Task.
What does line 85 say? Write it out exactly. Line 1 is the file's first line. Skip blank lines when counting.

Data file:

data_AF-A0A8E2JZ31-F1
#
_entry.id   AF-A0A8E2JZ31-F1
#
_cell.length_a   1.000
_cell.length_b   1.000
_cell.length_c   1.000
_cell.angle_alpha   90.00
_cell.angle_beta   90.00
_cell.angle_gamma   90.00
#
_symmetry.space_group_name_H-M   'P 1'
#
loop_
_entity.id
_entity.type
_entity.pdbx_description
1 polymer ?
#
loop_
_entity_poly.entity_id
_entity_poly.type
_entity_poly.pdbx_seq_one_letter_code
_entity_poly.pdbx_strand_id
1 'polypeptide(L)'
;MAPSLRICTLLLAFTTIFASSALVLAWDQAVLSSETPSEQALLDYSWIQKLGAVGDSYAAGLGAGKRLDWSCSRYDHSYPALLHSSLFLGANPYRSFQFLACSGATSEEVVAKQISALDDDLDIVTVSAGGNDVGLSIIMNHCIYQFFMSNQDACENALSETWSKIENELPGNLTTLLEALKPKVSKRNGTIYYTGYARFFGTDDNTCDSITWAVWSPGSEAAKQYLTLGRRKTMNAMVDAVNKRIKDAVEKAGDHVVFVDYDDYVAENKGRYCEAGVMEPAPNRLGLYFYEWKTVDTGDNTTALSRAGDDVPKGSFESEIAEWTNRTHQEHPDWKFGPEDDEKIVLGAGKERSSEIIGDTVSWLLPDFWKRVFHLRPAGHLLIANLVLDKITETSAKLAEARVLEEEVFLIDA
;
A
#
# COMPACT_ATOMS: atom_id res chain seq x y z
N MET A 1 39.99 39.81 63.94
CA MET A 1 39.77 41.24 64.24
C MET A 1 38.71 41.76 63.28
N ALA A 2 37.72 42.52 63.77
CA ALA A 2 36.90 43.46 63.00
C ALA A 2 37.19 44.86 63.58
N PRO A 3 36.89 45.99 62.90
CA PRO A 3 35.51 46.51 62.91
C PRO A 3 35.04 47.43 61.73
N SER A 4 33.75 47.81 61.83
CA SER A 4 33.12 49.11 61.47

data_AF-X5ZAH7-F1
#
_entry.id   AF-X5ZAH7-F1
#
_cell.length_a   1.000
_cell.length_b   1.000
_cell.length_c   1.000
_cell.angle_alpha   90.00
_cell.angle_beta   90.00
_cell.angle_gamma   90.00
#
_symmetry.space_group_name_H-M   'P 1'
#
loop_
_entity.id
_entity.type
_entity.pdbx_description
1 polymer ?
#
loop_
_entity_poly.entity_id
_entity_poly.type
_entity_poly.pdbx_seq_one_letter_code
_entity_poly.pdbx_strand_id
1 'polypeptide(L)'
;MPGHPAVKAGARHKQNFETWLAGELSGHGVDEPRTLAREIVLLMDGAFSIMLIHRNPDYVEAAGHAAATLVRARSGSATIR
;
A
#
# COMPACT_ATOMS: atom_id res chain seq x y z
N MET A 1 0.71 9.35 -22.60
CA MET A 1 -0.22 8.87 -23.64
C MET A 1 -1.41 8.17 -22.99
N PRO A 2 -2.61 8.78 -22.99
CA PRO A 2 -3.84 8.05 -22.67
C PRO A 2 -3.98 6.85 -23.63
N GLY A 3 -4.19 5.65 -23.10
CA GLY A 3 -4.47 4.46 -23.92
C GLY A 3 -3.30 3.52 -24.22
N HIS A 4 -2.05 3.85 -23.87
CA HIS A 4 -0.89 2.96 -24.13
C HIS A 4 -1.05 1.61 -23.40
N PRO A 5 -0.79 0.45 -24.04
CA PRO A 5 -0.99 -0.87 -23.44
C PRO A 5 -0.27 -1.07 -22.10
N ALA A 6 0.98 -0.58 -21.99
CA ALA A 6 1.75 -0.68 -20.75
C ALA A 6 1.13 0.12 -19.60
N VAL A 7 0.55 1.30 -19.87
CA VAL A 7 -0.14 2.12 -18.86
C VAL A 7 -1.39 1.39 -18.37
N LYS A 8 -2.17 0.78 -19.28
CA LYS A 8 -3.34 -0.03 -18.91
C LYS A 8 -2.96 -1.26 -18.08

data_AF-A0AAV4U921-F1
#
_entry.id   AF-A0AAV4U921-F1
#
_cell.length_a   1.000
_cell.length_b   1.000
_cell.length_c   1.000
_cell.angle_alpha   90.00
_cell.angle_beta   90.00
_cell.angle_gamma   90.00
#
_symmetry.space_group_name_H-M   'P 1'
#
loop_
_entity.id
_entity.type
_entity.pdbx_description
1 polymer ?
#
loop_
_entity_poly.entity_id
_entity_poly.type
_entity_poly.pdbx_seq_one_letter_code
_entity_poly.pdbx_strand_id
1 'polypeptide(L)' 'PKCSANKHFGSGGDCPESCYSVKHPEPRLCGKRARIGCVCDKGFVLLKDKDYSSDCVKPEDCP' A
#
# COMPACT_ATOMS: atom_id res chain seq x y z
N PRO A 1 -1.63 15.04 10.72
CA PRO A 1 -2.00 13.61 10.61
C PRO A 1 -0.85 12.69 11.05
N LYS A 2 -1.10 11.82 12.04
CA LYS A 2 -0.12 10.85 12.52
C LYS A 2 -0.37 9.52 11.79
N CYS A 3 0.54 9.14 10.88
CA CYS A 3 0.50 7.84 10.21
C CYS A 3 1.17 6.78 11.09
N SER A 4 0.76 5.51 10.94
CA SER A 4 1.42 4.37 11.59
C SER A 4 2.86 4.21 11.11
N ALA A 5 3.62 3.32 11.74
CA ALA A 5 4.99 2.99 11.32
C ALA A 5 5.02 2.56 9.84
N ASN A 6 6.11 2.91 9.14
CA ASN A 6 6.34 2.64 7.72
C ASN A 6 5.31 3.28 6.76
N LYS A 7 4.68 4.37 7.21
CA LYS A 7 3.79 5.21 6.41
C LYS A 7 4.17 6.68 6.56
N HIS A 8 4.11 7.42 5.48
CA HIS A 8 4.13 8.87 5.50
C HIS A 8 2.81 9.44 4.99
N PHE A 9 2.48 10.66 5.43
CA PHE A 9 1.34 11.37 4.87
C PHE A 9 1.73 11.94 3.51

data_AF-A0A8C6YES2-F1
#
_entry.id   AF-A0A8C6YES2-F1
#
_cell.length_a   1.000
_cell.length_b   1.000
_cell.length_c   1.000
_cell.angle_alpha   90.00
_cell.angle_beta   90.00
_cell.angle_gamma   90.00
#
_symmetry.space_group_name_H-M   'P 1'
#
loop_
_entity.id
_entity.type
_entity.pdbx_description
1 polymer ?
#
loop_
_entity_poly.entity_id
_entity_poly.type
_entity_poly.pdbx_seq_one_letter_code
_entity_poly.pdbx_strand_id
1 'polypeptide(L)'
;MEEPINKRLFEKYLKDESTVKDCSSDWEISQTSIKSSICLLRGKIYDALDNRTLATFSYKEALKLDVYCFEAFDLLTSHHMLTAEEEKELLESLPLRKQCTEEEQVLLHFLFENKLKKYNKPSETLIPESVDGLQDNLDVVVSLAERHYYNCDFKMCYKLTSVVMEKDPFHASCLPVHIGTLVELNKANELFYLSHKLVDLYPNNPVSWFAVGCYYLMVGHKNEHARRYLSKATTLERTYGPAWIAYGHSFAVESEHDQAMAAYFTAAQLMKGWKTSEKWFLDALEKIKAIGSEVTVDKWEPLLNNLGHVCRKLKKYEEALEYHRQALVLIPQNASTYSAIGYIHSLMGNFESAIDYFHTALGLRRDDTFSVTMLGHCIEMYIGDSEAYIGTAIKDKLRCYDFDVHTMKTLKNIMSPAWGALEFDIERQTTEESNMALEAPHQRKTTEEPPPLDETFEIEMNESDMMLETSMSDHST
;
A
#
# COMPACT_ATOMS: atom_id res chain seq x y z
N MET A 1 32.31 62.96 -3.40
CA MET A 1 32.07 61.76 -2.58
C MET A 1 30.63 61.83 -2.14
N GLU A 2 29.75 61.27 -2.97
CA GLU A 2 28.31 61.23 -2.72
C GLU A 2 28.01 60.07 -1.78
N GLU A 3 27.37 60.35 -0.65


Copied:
CA PRO A 5 -0.99 -0.87 -23.44